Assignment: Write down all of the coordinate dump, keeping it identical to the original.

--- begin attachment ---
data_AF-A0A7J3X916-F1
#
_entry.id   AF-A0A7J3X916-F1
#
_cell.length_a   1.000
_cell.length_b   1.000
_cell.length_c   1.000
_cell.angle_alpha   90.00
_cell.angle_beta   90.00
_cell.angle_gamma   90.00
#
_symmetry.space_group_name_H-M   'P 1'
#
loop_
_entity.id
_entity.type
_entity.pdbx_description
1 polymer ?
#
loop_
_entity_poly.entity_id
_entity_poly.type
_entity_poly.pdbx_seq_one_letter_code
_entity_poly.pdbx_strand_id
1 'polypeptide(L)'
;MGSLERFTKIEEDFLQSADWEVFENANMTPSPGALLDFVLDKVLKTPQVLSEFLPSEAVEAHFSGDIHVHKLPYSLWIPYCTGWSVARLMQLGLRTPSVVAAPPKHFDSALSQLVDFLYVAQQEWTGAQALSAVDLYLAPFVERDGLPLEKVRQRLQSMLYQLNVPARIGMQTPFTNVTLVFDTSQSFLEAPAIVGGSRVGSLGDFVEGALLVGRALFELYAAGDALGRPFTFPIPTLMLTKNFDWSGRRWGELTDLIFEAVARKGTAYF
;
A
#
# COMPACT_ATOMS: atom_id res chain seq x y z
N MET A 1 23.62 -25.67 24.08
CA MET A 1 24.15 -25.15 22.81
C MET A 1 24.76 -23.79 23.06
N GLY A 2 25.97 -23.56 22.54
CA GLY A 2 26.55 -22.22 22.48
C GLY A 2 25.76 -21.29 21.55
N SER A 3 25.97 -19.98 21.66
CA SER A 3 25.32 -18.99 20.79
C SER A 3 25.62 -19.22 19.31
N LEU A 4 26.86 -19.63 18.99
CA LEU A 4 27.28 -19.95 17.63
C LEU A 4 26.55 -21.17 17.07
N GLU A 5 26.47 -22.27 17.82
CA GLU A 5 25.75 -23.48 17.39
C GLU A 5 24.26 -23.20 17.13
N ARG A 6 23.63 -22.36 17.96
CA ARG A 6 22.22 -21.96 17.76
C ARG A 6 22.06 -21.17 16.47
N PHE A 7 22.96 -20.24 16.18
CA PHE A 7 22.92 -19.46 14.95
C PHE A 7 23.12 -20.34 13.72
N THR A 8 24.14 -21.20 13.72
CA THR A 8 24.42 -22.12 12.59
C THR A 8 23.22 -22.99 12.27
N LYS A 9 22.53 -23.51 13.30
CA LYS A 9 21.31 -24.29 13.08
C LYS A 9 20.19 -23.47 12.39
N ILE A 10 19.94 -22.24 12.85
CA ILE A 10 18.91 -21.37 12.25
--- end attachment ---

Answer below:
data_AF-A0A7J3X916-F1
#
_entry.id   AF-A0A7J3X916-F1
#
_cell.length_a   1.000
_cell.length_b   1.000
_cell.length_c   1.000
_cell.angle_alpha   90.00
_cell.angle_beta   90.00
_cell.angle_gamma   90.00
#
_symmetry.space_group_name_H-M   'P 1'
#
loop_
_entity.id
_entity.type
_entity.pdbx_description
1 polymer ?
#
loop_
_entity_poly.entity_id
_entity_poly.type
_entity_poly.pdbx_seq_one_letter_code
_entity_poly.pdbx_strand_id
1 'polypeptide(L)'
;MGSLERFTKIEEDFLQSADWEVFENANMTPSPGALLDFVLDKVLKTPQVLSEFLPSEAVEAHFSGDIHVHKLPYSLWIPYCTGWSVARLMQLGLRTPSVVAAPPKHFDSALSQLVDFLYVAQQEWTGAQALSAVDLYLAPFVERDGLPLEKVRQRLQSMLYQLNVPARIGMQTPFTNVTLVFDTSQSFLEAPAIVGGSRVGSLGDFVEGALLVGRALFELYAAGDALGRPFTFPIPTLMLTKNFDWSGRRWGELTDLIFEAVARKGTAYF
;
A
#
# COMPACT_ATOMS: atom_id res chain seq x y z
N MET A 1 23.62 -25.67 24.08
CA MET A 1 24.15 -25.15 22.81
C MET A 1 24.76 -23.79 23.06
N GLY A 2 25.97 -23.56 22.54
CA GLY A 2 26.55 -22.22 22.48
C GLY A 2 25.76 -21.29 21.55
N SER A 3 25.97 -19.98 21.66
CA SER A 3 25.32 -18.99 20.79
C SER A 3 25.62 -19.22 19.31
N LEU A 4 26.86 -19.63 18.99
CA LEU A 4 27.28 -19.95 17.63
C LEU A 4 26.55 -21.17 17.07
N GLU A 5 26.47 -22.27 17.82
CA GLU A 5 25.75 -23.48 17.39
C GLU A 5 24.26 -23.20 17.13
N ARG A 6 23.63 -22.36 17.96
CA ARG A 6 22.22 -21.96 17.76
C ARG A 6 22.06 -21.17 16.47
N PHE A 7 22.96 -20.24 16.18
CA PHE A 7 22.92 -19.46 14.95
C PHE A 7 23.12 -20.34 13.72
N THR A 8 24.14 -21.20 13.72
CA THR A 8 24.42 -22.12 12.59
C THR A 8 23.22 -22.99 12.27
N LYS A 9 22.53 -23.51 13.30
CA LYS A 9 21.31 -24.29 13.08
C LYS A 9 20.19 -23.47 12.39
N ILE A 10 19.94 -22.24 12.85
CA ILE A 10 18.91 -21.37 12.25